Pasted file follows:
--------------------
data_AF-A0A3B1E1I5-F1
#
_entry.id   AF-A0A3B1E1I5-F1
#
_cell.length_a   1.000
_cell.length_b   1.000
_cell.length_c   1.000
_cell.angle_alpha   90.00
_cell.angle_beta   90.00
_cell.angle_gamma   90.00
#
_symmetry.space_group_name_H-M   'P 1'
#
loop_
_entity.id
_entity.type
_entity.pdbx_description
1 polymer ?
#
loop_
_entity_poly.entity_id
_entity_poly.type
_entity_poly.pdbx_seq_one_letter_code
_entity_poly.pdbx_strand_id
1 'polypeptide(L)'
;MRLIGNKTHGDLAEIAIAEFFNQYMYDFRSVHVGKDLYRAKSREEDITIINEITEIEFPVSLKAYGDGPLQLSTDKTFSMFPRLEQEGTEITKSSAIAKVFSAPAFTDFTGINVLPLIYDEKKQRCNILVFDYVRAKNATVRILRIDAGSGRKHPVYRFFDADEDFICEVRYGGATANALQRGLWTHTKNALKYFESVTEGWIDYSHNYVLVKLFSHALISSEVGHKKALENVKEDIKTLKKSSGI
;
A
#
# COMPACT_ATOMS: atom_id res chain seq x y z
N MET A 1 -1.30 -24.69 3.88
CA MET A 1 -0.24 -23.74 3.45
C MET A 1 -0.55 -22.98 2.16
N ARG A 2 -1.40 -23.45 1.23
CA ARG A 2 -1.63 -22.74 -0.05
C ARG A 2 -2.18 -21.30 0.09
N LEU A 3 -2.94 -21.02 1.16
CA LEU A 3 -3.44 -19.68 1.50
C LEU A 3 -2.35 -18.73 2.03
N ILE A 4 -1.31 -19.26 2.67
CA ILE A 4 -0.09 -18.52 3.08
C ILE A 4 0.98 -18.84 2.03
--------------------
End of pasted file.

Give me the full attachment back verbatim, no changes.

data_AF-A0A3B1E1I5-F1
#
_entry.id   AF-A0A3B1E1I5-F1
#
_cell.length_a   1.000
_cell.length_b   1.000
_cell.length_c   1.000
_cell.angle_alpha   90.00
_cell.angle_beta   90.00
_cell.angle_gamma   90.00
#
_symmetry.space_group_name_H-M   'P 1'
#
loop_
_entity.id
_entity.type
_entity.pdbx_description
1 polymer ?
#
loop_
_entity_poly.entity_id
_entity_poly.type
_entity_poly.pdbx_seq_one_letter_code
_entity_poly.pdbx_strand_id
1 'polypeptide(L)'
;MRLIGNKTHGDLAEIAIAEFFNQYMYDFRSVHVGKDLYRAKSREEDITIINEITEIEFPVSLKAYGDGPLQLSTDKTFSMFPRLEQEGTEITKSSAIAKVFSAPAFTDFTGINVLPLIYDEKKQRCNILVFDYVRAKNATVRILRIDAGSGRKHPVYRFFDADEDFICEVRYGGATANALQRGLWTHTKNALKYFESVTEGWIDYSHNYVLVKLFSHALISSEVGHKKALENVKEDIKTLKKSSGI
;
A
#
# COMPACT_ATOMS: atom_id res chain seq x y z
N MET A 1 -1.30 -24.69 3.88
CA MET A 1 -0.24 -23.74 3.45
C MET A 1 -0.55 -22.98 2.16
N ARG A 2 -1.40 -23.45 1.23
CA ARG A 2 -1.63 -22.74 -0.05
C ARG A 2 -2.18 -21.30 0.09
N LEU A 3 -2.94 -21.02 1.16
CA LEU A 3 -3.44 -19.68 1.50
C LEU A 3 -2.35 -18.73 2.03
N ILE A 4 -1.31 -19.26 2.67
CA ILE A 4 -0.09 -18.52 3.08
C ILE A 4 0.98 -18.84 2.03